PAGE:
Beyond this major difference, there are a number of intriguing variations and improvements possible. LAM (Laser Aiming Module) from Insight Technologies Inc., adopted by the US Special Operations Command for the OHWS / H & K Mod. 23 .45 ACP. It has a dual laser pointer operating in the visible and infrared spectrum, plus a conventional illuminator + IR source. Another interesting model is the increasingly popular AN / PEQ-2, which, in addition to the IR pointer, also works as an IR "spotlight", which allows (through night vision goggles) to identify a target at a long distance, as well as provide adequate combat visibility in absolute darkness (for example, at night inside a building or in a tunnel).
The so-called collimator (red dot) systems work on a completely different principle, when the red dot is visualized inside the sight with an overlay on the image of the target, rather than physically projected onto the target itself as in a laser system. Accordingly, the collimator sights have no signature and nothing can be detected on the target.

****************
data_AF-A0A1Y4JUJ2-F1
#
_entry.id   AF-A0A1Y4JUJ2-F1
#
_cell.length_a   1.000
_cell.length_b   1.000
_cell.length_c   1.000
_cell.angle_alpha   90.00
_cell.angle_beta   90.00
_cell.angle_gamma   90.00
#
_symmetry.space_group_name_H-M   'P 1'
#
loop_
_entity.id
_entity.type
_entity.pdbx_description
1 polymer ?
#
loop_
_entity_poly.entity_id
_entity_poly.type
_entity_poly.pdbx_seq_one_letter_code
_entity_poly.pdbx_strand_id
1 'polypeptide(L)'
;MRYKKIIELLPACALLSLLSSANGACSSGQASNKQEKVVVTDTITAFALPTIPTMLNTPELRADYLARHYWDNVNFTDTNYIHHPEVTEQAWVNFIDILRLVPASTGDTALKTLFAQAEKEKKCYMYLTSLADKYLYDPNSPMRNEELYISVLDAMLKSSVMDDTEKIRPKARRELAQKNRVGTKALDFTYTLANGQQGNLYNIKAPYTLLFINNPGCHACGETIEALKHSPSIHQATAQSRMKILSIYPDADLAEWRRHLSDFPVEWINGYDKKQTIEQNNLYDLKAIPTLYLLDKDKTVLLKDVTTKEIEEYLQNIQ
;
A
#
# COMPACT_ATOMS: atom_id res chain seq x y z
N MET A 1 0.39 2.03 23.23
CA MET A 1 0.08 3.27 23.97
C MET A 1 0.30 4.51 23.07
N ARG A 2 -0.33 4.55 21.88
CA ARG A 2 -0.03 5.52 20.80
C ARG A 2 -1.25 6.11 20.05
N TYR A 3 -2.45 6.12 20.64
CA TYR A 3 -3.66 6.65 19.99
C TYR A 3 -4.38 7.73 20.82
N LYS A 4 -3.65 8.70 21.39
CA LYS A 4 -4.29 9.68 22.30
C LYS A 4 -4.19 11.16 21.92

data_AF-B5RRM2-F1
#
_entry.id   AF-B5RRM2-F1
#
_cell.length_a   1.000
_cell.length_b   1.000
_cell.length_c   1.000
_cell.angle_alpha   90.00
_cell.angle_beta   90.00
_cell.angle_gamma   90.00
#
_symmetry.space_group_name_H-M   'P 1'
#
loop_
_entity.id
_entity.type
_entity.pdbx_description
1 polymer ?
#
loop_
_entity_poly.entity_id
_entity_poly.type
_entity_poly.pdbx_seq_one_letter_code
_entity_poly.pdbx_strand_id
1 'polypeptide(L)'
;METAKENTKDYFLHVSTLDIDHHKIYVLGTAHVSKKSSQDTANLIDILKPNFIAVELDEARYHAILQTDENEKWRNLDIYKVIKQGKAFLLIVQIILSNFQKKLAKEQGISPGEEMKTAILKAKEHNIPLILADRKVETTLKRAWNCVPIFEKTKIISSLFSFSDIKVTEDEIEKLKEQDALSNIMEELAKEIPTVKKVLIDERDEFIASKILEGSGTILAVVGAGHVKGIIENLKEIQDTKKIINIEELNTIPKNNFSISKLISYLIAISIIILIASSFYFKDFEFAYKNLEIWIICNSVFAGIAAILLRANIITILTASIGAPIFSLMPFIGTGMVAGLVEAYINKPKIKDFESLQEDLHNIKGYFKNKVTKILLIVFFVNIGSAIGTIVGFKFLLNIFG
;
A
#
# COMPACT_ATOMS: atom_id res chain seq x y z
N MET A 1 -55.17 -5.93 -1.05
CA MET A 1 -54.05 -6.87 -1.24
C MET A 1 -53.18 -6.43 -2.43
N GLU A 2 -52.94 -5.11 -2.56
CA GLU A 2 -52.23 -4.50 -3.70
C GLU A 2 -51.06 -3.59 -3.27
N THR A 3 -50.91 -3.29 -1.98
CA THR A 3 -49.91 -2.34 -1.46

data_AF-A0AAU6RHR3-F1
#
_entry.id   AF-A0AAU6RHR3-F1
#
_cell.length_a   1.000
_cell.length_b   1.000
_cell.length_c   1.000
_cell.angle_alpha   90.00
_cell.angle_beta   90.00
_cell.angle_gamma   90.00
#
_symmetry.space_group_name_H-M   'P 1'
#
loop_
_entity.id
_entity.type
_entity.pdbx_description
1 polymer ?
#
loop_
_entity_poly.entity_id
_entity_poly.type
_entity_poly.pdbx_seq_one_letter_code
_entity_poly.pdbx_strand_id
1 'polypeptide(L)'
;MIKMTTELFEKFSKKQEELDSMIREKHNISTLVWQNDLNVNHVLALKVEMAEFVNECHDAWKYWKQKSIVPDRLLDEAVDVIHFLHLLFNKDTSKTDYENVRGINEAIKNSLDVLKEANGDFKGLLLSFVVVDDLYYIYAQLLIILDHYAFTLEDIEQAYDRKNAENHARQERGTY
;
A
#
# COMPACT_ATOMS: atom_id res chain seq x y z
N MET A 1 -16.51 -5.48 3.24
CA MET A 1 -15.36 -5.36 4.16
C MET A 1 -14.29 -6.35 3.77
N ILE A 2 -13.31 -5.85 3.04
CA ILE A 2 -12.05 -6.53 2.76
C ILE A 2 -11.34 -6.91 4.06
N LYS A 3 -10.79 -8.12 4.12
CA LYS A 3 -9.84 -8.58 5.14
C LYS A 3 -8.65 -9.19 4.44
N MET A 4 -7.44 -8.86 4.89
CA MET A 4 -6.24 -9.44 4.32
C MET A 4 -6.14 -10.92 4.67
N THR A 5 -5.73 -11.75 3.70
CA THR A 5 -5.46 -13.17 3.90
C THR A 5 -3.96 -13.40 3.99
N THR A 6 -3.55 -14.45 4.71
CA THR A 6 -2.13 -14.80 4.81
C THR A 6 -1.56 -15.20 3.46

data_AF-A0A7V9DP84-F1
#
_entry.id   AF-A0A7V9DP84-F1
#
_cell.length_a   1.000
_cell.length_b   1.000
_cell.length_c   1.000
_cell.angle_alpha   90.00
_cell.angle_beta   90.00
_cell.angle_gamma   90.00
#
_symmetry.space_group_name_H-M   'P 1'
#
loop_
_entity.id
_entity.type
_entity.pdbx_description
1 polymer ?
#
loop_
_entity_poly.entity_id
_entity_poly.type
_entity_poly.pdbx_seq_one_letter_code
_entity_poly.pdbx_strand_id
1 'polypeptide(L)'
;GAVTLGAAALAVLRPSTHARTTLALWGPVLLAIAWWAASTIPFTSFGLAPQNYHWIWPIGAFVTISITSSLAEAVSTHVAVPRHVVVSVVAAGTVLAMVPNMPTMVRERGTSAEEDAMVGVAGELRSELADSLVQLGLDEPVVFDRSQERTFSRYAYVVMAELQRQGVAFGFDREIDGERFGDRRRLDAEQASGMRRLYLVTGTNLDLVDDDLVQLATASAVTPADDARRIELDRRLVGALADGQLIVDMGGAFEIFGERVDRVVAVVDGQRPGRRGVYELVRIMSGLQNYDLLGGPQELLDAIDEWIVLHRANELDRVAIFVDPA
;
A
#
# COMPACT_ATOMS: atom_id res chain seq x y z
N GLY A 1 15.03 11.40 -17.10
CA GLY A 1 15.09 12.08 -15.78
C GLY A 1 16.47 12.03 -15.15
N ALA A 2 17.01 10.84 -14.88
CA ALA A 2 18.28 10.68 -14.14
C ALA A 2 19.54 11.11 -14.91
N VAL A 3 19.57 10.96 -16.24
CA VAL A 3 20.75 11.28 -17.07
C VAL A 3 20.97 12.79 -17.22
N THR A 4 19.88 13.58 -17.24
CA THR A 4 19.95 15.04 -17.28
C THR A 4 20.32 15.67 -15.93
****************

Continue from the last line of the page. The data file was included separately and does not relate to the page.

Leading suppliers of red dot sights to the military and police include the Swedish company Aimpoint, which originally invented the system, and the American companies Tasco and Weaver. The Aimpoint Comp M model was purchased in large quantities, starting with 100 scopes ordered in 000 by the US Department of Defense under the designation M-1997, plus 68 units ordered by France in 10, 000 scopes delivered to Sweden in 2000-60, later Italy has ordered 000 pieces. The M2003 model features enhancements such as 2005 day settings and 24000 low light settings, as well as new CET (Circuit Efficiency Technology) diodes to reduce power consumption. It quickly became a popular red dot sight for weapons such as the H&K MP2 series SMG, the H&K G4 and Colt M6A5 assault rifles, the Colt M36 carbine and the FN MINIMI / M16 machine gun. The tactical model R2 includes additional features such as illuminated reticle and the largest magnification of 4x (previous models were without magnification). The exit pupil with a diameter of 249 mm, combined with a wide field of view, allows you to quickly capture stationary and moving targets. The CompM3.5 series of scopes (in the US Army a variant of the M3.5 CCO (Close-Combat Optic - close-range optics)), the company says, is the series of the most advanced scopes it produces. Improvements include high energy efficiency, which shows continuous operation for 8 years on a single AA battery! CompM4 sights have a built-in holder, which eliminates the need for a separate ring, with the help of vertical and front spacers, it can be mounted on various weapons systems.